President Barack Obama’s proposed federal budget for fiscal year
2013 recommends legislation that would provide the Treasury secretary
the flexibility to change coin compositions to less costly alternatives.
Obama’s budget proposal is the fourth attempt in five years
seeking the transfer of Congress’ constitutional authority over
setting specifications for circulating coinage to the Treasury secretary.
According to the proposed FY 2013 budget, providing flexibility of
coinage compositions would provide the Mint with the ability to reduce
losses on some denominations and production costs associated with
volatile metal prices.
“Greater flexibility in the composition of coinage materials could
enable the Mint to utilize less expensive metals in the minting
process and substantially reduce its production costs,” according to
the proposed budget. “Using alternative coinage materials could save
the Mint millions annually after a potential initial period of
development and capital adjustments. Savings estimates will be
available after the Mint concludes ongoing research on the most
The Mint is currently testing alternative coinage compositions for
all denominations of U.S. coinage. The 2012 report must be submitted
to Congress by Dec. 14, 2012, under provisions of the Coin
Modernization, Oversight, and Continuity Act of 2010.
The 2012 report is to be the first of required reports to be
submitted by the Treasury secretary to Congress every two years on
production costs and possible new metallic materials or technologies
for the production of circulating coins.
The enabling act, based on legislation introduced Sept. 22, 2010,
by Rep. Melvin L. Watt, D-N.C., evolved from legislation drafted
following a two-hour hearing July 20, 2010, before the House
Subcommittee on Domestic Monetary Policy and Technology, of which Watt
During the hearing, then U.S. Mint Director Edmund C. Moy
presented an idea the bureau has promoted for at least three years —
granting the Treasury secretary discretion to adjust the composition
and size of circulating coins.
Authority to determine the composition, size and value of coins is
expressly delegated to Congress in the U.S. Constitution.
In his opening statement at the July 20, 2010, hearing, Watt
rejected Moy’s idea, instead recommending the Mint execute research
into alternative metals for circulating coinage, given that the costs
to produce and distribute both the cent and 5-cent coin were nearly
double their face value at the time.
Watt, who suggested the Mint report its findings to Congress after
completing its research, formalized the approach in his legislative proposal.
Copper and zinc, the Mint’s primary metals in coin production,
have risen in price more than 400 percent over the past 10 years,
while that of nickel, another of the Mint’s coinage metals, has
skyrocketed 500 percent over the same period, according to the
proposed FY 2013 federal budget.
The proposed budget notes that profits from the dime, quarter
dollar and dollar coins are used to offset the production costs for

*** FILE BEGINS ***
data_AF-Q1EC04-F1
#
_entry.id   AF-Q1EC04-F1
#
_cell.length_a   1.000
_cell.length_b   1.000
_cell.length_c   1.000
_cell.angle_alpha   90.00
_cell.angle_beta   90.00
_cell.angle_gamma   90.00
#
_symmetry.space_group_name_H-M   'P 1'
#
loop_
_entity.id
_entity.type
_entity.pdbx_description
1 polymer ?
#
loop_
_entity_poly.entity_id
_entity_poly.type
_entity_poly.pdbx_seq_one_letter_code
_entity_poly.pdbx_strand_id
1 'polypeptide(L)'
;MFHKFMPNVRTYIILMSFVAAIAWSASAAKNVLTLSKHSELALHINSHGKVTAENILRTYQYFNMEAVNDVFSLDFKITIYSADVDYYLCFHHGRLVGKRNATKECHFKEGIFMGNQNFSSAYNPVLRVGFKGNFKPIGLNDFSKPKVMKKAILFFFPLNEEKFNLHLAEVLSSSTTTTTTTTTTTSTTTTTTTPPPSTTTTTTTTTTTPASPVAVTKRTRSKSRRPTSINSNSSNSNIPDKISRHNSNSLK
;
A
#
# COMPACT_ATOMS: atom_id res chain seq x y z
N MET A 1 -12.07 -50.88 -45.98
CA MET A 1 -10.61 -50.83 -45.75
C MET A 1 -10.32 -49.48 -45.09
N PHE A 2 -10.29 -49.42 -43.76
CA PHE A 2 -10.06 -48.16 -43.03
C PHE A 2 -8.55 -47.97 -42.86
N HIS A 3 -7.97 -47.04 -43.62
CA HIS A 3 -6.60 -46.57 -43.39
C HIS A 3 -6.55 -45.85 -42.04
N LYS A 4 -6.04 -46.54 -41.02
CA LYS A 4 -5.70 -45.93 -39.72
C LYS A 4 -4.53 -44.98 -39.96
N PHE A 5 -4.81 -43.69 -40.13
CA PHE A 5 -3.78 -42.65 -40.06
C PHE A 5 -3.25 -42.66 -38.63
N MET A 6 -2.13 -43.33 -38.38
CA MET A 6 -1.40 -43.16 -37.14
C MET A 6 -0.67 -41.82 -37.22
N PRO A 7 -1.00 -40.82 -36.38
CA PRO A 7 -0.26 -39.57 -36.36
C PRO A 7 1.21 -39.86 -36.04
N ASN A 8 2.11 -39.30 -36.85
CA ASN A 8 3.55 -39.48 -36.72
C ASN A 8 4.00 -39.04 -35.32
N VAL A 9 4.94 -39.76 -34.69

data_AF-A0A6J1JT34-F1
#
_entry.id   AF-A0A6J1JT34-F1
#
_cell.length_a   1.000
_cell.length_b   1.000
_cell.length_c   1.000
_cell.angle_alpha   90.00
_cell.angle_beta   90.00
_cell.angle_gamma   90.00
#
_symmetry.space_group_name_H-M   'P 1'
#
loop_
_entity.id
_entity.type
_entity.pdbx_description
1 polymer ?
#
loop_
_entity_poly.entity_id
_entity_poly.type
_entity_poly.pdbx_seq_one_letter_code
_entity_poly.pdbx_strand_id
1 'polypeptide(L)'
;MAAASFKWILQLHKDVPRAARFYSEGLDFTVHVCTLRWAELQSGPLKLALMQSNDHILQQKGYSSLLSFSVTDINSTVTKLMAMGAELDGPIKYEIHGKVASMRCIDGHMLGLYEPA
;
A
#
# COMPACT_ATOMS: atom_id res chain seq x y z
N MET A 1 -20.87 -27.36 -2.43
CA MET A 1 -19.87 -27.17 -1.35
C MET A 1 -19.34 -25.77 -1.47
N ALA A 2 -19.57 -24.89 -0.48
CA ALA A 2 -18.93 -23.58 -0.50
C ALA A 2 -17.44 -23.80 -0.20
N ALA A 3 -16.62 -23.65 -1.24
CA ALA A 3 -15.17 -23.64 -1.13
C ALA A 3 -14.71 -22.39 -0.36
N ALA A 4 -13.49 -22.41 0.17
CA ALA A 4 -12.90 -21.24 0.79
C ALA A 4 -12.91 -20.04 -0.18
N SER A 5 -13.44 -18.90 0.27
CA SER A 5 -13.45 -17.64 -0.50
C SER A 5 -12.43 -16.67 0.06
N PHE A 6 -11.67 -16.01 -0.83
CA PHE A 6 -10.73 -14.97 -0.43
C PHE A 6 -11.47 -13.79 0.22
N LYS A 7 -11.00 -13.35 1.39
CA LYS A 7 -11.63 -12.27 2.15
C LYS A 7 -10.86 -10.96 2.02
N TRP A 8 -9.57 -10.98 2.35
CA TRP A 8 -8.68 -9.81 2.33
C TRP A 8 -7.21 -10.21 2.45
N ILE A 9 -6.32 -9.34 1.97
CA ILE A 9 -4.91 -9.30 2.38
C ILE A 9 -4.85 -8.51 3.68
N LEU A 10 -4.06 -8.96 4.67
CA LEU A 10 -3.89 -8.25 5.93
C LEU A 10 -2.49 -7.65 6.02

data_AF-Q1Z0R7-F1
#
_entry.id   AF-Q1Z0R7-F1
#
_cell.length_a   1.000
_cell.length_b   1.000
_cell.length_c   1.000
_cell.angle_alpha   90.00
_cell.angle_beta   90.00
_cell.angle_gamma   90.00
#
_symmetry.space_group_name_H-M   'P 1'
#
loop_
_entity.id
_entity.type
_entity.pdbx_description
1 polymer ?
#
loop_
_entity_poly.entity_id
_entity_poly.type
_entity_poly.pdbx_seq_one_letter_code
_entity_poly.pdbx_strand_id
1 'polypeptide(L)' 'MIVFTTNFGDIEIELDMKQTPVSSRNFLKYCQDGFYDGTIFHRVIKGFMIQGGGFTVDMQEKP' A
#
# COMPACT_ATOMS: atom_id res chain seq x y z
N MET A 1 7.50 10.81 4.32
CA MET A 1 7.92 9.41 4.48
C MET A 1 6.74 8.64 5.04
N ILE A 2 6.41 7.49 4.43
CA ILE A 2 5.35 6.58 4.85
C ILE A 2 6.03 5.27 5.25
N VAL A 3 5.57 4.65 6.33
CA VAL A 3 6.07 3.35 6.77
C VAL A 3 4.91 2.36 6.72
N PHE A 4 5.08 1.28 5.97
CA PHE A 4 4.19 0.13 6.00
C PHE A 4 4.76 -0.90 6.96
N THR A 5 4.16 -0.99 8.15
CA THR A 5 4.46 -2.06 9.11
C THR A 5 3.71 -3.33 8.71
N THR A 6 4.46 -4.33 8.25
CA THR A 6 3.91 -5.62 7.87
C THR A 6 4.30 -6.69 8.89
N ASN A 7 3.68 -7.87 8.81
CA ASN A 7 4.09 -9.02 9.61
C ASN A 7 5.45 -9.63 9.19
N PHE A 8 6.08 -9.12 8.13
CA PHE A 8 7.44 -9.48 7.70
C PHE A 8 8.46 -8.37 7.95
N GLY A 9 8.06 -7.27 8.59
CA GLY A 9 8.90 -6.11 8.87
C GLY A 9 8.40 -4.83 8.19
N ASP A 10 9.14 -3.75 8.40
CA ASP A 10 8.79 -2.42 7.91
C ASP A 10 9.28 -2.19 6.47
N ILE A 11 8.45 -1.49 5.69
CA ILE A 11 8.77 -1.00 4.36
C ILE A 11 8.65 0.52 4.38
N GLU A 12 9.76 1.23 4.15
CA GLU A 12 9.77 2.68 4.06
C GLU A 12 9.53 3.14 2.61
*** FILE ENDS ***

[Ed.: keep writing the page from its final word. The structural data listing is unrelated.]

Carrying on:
the cent and 5-cent coin, which most recently were calculated to cost
2.4 cents and nearly 11.2 cents to produce.
The cost offset totals are being affected by Treasury Secretary
Timothy F. Geithner’s, Dec. 13, 2011, directive suspending production
of Presidential dollar coins for circulation. Geithner cited the 1.4
billion dollar coins in Federal Reserve inventory, more than a 10-year
supply without additional production, as the primary cause for
ordering the suspension of Presidential dollar coin production for circulation.
Native American changes
Provisions in the proposed budget would also eliminate the
legislative mandate that 20 percent of all dollar coins produced by
the U.S. Mint be Native American dollars.
“Numismatic quality dollar coins would remain available for
purchase, but eliminating the twenty percent requirement would
increase the Mint’s flexibility to match the supply to consumer
demand,” according to the proposed budget.
The U.S. Mint is still expecting to strike circulation-quality
Presidential and Native American dollars at the Denver and
Philadelphia Mints and offer them for sale at numismatic premiums
above face value. Full plans for ordering options have still not been
disclosed by U.S. Mint officials.
The suspension of Presidential dollar coin production is part of
Vice President Joe Biden’s Campaign to Cut Waste in federal government
spending. The suspension of Presidential dollar coin production for
circulation is forecast to save $50 million to $75 million annually.
However, the proposed FY 2013 budget notes that the suspension of
Presidential dollar production will also reduce the amount of revenue
available to the U.S. Mint to offset production costs for the cent and
5-cent coin, according to the proposed budget.
The revenue citation refers to seigniorage — the net profit
generated from the difference between the face value and the overall
production and distribution costs of each coin.
Seigniorage for the dollar coin was most recently reported at 82
cents per coin, according to the U.S. Mint’s annual report for FY